Making Money in Medicine Is Moral
January 15, 2008
Irvine, CA--After the Massachusetts Public Health Council announced new rules that will allow CVS and other retailers to open in-store clinics designed to treat minor ailments, Boston mayor Thomas M. Menino declared that the decision "jeopardizes patient safety. Limited service medical clinics run by merchants in for-profit corporations will seriously compromise quality of care and hygiene. Allowing retailers to make money off of sick people is wrong."
"These clinics will not be ‘making money off of sick people,'" said Dr. Yaron Brook, executive director of the Ayn Rand Institute, "they will be making money by helping sick people become well.
"Mr. Menino wishes us to think there is something morally suspect about retailers requiring payment for providing medical services. Does he expect them to give away medical services for free? By his logic, it is unjust that farmers make money off the hungry, gyms make money off the unfit, and newspapers make money off the uninformed.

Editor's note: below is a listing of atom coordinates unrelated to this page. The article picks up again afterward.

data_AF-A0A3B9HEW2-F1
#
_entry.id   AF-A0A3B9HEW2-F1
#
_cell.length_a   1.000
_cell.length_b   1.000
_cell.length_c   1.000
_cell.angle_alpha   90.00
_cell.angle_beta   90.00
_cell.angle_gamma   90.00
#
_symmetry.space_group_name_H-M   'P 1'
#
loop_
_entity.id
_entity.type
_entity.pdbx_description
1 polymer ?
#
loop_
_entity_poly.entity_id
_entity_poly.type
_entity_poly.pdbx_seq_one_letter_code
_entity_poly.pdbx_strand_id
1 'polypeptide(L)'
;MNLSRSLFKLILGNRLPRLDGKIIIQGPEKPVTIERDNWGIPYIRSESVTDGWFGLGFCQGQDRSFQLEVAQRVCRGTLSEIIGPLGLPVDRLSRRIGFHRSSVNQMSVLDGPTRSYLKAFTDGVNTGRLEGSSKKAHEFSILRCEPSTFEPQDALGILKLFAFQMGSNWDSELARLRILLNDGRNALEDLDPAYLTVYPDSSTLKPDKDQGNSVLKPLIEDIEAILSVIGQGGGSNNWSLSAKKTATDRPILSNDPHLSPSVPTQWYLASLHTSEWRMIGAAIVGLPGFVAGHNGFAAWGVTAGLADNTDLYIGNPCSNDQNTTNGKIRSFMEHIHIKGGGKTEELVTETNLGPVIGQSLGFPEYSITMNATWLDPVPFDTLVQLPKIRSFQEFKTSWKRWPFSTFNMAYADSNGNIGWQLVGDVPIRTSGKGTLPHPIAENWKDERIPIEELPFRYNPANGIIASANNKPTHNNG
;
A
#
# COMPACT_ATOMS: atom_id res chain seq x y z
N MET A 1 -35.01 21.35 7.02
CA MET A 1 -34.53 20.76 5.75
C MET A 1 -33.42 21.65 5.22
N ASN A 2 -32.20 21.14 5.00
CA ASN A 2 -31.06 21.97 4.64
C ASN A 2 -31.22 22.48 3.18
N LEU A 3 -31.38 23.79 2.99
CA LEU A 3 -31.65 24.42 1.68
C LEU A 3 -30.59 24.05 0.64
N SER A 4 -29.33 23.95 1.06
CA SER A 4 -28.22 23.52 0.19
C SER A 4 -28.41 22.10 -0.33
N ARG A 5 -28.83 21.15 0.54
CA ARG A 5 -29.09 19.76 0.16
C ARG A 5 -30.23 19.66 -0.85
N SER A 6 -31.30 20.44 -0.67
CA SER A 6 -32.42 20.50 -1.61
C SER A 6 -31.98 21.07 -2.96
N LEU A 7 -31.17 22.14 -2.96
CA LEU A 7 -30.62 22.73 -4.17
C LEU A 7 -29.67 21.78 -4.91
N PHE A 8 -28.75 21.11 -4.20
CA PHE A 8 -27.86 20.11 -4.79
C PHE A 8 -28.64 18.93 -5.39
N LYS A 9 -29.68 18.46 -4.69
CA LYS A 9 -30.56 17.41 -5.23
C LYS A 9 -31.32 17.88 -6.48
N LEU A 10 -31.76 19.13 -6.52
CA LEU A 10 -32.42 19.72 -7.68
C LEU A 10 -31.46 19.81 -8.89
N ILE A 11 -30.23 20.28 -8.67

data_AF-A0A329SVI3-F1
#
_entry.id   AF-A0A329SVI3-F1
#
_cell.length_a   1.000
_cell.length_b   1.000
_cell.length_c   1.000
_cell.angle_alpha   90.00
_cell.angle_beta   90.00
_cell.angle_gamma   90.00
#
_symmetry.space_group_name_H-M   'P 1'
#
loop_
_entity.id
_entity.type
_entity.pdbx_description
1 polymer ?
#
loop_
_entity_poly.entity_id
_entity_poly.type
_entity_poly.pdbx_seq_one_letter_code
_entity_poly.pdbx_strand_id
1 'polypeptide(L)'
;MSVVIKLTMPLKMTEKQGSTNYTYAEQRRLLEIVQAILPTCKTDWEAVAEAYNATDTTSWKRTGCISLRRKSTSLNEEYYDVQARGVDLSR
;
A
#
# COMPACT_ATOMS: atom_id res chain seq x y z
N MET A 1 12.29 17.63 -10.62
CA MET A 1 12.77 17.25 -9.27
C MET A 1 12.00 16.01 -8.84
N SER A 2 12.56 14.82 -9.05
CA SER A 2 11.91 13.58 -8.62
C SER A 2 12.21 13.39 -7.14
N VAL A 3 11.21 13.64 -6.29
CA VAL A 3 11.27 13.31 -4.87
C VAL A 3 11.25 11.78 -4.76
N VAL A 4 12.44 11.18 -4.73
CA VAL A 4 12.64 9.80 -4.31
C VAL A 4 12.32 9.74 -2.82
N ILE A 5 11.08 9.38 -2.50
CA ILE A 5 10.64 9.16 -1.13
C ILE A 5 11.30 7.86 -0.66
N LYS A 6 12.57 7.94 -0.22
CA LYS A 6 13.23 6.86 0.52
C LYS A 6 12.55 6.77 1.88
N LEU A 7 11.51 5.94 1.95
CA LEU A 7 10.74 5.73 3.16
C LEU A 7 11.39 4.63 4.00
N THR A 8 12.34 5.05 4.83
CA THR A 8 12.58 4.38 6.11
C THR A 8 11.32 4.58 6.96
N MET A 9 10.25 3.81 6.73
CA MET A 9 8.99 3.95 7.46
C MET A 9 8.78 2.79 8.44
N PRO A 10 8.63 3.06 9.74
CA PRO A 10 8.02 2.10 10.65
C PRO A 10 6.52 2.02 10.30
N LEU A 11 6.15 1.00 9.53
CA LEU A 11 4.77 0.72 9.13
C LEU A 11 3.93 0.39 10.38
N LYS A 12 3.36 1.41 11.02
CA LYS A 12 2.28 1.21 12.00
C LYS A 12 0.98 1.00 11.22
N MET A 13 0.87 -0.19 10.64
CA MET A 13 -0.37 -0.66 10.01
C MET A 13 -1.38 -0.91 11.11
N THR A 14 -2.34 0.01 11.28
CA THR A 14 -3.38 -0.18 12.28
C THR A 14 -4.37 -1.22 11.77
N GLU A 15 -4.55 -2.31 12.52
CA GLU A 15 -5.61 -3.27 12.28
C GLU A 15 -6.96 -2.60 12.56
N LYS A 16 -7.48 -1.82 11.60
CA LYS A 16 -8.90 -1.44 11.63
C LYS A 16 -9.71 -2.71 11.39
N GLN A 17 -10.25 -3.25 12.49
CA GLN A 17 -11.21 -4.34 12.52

"Contrary to Mr. Menino's insinuations, businesses do not profit by exploiting consumers, but by offering them life-enhancing values--whether a loaf of bread, a miracle drug, or a cutting-edge surgical procedure. The farmers, doctors, and businessmen who create and supply those values have a moral right to be compensated for their efforts. The attack on profit in medicine is an attack on profit as such--and on all the goods and services profit makes possible. We should oppose Mr. Menino's attack on profit and welcome expanded freedom in medicine."
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